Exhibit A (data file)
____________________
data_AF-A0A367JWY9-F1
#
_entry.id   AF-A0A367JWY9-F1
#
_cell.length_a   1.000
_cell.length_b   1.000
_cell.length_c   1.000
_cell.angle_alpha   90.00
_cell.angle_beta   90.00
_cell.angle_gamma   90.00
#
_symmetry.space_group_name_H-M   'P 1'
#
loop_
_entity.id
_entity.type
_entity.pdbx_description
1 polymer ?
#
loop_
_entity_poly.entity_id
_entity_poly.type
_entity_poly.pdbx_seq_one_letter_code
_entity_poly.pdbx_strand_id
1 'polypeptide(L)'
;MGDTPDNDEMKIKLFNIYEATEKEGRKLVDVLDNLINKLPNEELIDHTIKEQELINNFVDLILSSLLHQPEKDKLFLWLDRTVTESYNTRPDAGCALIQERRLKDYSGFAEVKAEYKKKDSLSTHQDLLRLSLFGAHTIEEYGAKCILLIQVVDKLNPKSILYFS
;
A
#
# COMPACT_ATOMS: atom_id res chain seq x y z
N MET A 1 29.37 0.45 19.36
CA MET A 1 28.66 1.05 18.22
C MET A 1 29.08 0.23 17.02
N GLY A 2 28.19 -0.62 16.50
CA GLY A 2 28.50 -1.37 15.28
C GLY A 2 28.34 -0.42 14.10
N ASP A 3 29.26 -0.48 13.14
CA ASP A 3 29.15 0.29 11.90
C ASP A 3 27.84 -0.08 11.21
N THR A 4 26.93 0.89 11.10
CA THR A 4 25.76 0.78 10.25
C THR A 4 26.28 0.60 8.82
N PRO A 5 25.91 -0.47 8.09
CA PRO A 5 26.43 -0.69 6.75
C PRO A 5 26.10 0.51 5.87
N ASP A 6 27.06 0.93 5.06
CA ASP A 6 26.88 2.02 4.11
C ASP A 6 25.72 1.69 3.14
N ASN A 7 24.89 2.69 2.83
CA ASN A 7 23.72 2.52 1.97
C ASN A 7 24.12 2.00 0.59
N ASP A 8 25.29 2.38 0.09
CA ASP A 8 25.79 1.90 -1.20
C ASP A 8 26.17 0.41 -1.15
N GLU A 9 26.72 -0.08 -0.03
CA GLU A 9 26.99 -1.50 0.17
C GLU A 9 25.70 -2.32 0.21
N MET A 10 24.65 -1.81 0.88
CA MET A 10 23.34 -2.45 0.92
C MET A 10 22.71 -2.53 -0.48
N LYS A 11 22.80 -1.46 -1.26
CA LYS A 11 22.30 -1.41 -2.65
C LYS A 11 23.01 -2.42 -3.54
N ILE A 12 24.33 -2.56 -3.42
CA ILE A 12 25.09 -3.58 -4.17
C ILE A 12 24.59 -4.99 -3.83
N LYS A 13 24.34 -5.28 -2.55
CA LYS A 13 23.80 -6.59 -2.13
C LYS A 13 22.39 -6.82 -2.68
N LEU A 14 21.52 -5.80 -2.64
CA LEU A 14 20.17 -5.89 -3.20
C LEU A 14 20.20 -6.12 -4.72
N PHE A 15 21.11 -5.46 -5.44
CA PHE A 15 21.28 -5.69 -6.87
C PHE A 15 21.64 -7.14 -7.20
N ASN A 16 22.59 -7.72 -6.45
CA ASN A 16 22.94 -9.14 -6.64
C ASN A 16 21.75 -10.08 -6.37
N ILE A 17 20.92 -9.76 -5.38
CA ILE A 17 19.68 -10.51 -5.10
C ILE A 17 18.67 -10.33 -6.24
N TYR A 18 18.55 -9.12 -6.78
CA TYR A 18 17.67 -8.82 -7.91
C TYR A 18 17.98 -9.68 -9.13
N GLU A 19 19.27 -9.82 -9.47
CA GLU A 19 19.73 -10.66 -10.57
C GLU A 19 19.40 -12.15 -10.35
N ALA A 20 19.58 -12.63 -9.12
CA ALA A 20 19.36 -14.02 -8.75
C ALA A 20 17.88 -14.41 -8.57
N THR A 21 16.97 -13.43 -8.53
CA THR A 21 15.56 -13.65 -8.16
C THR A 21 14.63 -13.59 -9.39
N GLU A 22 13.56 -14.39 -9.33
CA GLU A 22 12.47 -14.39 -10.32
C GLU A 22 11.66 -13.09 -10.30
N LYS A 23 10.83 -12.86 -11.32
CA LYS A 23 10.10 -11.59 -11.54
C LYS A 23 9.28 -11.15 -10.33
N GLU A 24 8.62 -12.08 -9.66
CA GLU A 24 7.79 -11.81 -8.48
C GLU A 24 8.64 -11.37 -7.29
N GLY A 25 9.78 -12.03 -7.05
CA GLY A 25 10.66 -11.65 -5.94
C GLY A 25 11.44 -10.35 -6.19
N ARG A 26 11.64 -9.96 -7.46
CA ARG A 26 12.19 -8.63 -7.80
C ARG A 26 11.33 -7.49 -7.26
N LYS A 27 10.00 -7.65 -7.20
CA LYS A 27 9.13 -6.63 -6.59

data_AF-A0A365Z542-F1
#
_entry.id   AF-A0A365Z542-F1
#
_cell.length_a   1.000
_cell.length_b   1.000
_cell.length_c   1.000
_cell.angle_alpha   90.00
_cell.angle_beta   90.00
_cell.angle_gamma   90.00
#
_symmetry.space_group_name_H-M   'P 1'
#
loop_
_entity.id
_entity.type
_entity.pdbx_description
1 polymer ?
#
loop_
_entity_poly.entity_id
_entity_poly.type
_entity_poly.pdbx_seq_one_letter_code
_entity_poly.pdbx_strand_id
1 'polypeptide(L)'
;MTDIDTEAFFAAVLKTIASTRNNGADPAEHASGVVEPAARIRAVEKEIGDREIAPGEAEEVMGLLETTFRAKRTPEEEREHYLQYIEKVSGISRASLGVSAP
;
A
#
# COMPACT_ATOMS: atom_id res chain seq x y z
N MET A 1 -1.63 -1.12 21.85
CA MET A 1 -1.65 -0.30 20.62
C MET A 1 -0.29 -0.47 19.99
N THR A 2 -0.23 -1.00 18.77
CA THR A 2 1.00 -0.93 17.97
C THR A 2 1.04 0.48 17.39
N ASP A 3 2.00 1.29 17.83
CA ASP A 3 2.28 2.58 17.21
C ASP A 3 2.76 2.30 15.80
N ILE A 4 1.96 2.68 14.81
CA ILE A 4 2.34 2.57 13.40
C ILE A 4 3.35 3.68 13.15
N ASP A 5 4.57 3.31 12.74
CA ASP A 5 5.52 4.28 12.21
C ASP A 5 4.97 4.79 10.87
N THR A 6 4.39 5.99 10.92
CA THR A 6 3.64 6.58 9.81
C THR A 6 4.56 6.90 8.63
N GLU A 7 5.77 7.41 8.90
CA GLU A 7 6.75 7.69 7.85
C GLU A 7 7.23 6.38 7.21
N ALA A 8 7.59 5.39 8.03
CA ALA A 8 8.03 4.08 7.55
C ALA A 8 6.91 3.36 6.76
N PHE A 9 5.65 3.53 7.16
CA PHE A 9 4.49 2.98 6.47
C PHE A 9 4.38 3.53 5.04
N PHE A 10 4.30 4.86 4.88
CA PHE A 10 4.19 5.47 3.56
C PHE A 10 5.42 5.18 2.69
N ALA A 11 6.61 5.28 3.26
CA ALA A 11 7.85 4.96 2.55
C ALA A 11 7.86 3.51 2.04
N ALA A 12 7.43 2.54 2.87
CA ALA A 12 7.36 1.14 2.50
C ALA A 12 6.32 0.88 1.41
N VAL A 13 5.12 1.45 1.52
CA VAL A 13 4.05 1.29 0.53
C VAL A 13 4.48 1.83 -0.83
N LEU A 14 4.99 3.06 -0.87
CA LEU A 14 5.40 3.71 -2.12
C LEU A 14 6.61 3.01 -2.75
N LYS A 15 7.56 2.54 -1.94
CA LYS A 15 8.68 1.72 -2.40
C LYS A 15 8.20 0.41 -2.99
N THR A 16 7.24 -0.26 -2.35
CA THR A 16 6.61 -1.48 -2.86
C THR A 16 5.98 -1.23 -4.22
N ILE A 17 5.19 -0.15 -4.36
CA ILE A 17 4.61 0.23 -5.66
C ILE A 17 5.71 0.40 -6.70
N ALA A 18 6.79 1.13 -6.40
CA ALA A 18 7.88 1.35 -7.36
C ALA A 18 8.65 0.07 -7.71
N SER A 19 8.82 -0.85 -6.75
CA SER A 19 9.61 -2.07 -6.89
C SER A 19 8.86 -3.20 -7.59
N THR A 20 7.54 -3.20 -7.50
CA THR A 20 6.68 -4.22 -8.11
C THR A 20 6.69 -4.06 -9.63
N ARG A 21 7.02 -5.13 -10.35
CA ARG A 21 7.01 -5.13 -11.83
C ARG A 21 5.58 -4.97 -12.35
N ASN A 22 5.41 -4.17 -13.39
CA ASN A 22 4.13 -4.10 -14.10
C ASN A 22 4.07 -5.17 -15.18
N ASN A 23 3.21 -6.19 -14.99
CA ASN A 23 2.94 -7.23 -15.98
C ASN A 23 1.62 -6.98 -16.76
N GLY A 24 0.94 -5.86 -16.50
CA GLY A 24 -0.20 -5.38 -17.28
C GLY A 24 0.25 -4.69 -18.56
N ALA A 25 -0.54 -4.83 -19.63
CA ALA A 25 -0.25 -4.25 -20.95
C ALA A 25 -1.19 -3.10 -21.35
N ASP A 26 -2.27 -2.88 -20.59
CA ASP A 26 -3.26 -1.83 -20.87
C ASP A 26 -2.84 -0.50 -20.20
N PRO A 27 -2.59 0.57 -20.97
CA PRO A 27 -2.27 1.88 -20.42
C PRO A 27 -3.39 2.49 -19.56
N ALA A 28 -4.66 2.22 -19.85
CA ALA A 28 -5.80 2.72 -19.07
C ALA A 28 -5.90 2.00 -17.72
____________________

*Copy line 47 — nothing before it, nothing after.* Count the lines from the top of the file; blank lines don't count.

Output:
CA ASP A 6 26.88 2.02 4.11